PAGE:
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A Shabby Genteel Story
by Patricia Heighington

Isabel Mackenzie, the youngest child of Ontario's "Little Rebel", William Lyon Mackenzie, was to become the mother of Mackenzie King, the dour bachelor who became Canada's prime minister. She was born in New York City in 1843, when there was still a price of a thousand pounds on her father's head in Canada. But as soon as he was pardoned, he returned home, the family arriving in Toronto Harbour by lake steamer in 1850.
Isabel inherited her father's confidence. In 1851 he boldly ran for a seat in the provincial legislature and won. He gained a salary of six dollars a day. A few years later, generous supporters bought the family a house on Bond Street, now a Mackenzie museum. Although dogged by poverty and debts, the Mackenzies were determined to live like gentlefolk. Two of their daughters married lawyers: Janet's husband was Charles Lindsay (Mackenzie's first biographer), Isabel's was John King.
The Mackenzies' last child never wanted to be a rebel. In her, this Scottish Presbyterian family had produced a lively girl who loved pretty clothes and going to parties. Unfortunately, the man she married, though he had political ambitions, lacked the drive to succeed in politics, or in the law. The Kings spent most of their married life struggling to stay put. John King's struggles were sweetened by the occasional Toronto dinner party with Professor Goldwin Smith at the Grange, Isabel's by parties at William Mulock's and other Toronto merchants' homes. She made her own clothes and always looked elegant.
The Kings' married life became a long struggle with poverty and debt. A mysterious scandal damaged John while they lived in Berlin, Ontario. Though he was a worldly failure, Isabel and he succeeded where many of their married contemporaries did not: they produced four healthy children; they sent the two sons to university; and their daughters were educated to be ladies-and so could not contribute to the family income.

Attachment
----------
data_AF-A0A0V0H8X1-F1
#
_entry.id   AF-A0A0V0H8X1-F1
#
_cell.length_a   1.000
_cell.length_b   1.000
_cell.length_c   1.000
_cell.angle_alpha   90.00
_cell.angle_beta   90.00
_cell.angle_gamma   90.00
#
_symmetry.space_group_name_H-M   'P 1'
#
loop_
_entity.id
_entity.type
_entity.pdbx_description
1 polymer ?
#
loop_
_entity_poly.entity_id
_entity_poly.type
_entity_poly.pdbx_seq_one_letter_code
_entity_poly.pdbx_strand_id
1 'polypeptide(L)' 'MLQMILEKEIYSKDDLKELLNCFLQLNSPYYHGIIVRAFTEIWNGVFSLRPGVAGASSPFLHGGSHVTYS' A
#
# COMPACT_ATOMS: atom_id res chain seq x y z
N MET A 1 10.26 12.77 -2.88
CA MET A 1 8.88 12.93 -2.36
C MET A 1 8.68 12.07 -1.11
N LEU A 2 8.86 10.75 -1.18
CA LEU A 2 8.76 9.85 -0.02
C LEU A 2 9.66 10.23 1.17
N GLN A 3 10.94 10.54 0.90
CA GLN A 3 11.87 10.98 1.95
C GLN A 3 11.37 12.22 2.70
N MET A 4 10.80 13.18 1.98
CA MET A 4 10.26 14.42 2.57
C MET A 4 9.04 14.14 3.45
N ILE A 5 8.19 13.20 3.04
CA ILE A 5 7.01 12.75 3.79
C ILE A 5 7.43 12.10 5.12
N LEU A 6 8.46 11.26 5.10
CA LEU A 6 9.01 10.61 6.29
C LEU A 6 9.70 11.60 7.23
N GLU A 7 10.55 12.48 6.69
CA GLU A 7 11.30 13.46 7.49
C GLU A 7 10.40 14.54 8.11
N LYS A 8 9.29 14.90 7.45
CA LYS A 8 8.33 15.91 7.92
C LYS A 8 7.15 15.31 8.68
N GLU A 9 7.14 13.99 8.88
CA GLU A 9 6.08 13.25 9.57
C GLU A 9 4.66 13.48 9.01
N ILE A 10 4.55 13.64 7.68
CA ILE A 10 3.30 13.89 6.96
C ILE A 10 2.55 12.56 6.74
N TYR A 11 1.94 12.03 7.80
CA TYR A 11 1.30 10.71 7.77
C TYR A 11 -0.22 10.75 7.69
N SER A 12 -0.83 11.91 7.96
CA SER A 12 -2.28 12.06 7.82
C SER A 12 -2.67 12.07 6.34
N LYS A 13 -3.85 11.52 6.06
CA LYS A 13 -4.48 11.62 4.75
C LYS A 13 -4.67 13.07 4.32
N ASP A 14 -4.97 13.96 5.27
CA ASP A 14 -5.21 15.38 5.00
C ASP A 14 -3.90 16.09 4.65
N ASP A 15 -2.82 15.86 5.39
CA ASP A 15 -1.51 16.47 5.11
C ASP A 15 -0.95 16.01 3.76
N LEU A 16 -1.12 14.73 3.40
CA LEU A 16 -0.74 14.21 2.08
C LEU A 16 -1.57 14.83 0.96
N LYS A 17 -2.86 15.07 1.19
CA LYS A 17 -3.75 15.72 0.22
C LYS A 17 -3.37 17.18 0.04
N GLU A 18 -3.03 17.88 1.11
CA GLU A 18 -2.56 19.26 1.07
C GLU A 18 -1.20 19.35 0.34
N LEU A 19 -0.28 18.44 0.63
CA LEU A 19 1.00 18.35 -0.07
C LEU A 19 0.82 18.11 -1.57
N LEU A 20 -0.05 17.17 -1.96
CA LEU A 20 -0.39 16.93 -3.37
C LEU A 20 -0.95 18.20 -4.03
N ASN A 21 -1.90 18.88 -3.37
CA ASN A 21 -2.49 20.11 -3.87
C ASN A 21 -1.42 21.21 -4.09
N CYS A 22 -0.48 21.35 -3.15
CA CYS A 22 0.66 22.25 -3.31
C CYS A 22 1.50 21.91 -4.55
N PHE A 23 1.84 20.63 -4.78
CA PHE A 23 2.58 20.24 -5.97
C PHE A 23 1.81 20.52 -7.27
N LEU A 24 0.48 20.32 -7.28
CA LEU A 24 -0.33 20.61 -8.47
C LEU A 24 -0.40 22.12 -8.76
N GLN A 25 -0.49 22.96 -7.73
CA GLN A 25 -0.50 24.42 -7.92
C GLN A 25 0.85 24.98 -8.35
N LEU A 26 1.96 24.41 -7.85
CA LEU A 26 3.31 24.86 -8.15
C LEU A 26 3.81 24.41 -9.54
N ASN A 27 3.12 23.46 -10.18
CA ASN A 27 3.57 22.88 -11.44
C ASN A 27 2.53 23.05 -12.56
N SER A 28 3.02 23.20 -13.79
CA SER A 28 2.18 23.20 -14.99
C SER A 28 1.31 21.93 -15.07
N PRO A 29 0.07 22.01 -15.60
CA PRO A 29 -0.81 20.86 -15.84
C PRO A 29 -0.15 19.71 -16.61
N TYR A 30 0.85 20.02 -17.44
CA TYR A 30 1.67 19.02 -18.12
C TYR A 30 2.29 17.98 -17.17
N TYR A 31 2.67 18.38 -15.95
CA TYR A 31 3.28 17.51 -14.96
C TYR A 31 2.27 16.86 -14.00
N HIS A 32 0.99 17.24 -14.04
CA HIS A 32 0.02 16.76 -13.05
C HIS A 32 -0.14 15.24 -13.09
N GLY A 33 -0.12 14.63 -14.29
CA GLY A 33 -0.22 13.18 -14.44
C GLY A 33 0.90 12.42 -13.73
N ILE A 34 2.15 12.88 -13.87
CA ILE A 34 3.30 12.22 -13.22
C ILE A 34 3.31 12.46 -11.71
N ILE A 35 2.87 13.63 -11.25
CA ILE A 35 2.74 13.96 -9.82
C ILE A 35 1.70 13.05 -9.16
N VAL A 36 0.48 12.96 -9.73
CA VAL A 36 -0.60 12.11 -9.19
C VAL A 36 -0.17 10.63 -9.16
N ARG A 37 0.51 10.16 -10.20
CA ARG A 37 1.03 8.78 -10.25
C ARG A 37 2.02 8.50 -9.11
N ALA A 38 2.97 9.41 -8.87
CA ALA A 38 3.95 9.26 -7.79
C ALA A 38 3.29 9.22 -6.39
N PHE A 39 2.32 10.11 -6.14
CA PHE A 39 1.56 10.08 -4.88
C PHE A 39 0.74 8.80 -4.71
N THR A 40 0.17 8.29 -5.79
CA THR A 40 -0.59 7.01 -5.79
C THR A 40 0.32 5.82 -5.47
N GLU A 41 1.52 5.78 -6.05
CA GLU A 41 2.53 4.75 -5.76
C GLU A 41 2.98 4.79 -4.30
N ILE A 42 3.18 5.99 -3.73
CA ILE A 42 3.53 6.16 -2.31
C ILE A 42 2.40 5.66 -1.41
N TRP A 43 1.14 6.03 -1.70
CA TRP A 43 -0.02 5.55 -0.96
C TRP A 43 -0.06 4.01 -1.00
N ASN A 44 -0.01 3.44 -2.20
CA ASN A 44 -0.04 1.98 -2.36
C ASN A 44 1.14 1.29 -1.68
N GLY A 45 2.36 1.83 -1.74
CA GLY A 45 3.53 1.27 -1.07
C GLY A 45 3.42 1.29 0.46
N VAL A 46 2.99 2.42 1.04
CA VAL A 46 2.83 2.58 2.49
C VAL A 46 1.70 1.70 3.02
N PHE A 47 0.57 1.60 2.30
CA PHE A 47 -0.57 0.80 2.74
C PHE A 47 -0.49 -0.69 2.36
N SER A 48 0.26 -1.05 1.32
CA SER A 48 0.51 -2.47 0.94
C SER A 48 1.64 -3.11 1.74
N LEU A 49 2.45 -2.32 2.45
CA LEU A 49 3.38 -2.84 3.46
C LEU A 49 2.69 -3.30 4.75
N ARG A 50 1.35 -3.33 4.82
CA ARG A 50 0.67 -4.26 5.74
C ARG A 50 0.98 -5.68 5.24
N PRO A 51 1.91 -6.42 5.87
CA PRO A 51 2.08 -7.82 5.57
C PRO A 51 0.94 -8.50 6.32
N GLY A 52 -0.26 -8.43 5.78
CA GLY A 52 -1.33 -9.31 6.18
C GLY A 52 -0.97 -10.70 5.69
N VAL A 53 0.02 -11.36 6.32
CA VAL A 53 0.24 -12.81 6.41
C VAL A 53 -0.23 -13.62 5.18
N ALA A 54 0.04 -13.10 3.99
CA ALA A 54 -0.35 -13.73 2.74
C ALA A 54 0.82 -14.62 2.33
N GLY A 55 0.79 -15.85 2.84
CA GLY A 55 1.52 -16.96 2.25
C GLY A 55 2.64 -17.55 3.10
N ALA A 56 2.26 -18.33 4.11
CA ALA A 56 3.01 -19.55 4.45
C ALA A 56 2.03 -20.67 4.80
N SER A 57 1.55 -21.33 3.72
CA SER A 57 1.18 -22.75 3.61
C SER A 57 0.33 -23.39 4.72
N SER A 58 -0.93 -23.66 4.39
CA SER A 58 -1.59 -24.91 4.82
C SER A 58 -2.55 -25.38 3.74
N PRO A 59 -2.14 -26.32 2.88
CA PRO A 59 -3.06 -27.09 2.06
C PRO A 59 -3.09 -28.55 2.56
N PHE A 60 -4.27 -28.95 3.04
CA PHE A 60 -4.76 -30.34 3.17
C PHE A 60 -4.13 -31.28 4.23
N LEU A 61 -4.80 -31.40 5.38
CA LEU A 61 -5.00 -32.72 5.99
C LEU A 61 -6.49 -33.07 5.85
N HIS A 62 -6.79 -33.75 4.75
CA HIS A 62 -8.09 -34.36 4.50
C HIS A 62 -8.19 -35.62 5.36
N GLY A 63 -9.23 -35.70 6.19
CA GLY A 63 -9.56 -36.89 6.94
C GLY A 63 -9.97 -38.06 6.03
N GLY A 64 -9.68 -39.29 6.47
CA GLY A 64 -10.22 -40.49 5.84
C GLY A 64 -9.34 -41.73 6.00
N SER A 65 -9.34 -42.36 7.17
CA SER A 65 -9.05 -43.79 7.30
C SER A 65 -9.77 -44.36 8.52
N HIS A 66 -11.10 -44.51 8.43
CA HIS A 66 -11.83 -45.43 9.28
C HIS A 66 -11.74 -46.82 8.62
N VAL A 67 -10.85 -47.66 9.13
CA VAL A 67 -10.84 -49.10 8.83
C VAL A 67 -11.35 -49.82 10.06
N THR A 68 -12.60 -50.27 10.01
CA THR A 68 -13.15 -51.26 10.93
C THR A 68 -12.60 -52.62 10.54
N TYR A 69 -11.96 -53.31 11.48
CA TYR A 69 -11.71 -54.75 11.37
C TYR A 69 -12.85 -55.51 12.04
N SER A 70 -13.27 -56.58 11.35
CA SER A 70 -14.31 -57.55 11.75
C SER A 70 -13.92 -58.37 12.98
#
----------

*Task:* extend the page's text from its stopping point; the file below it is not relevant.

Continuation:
The rebel's daughter was no feminist (unlike, for instance, her near contemporary Emily Stowe, one of Ontario's first women doctors). When John King failed her, she put all her hopes in her elder son, Willie. And he rewarded her. He won a scholarship to Harvard. Thanks to a letter of introduction from Goldwin Smith, he made influential friends in Cambridge, Massachusetts. The big turning-point for his family came in 1900, when he was appointed editor and manager of the Labour Gazette in Ottawa. Now he had a good salary. Isabel did not hesitate to ask for a cheque to keep things going. She was never refused.
The Kings were an affectionate, close-knit family. When Willie left home, a stream of letters began, Isabel to Willie, Willie to Isabel, his sisters to Willie, etc. These letters have been a rich source for Charlotte Gray's biography, often as much a biography of a family as of one woman. If Isabel survives in history, it is as the mother of Mackenzie King. His early concern for her approval became an obsession: it survived even her death. Although Gray clearly perceives her charm, she also sees her as the subtle manipulator of her children's emotions, even implying that her son learned his skills as a politician from her. Didn't he also learn a stubborn loyalty? Gray writes, "No visitor to the Kings' home could miss seeing the poster that advertised the reward for her father's capture: it hung in the front hall." That might put some steel in a man!

 Patricia Heighington's father told her that tomato juice ran in Mackenzie King's veins.


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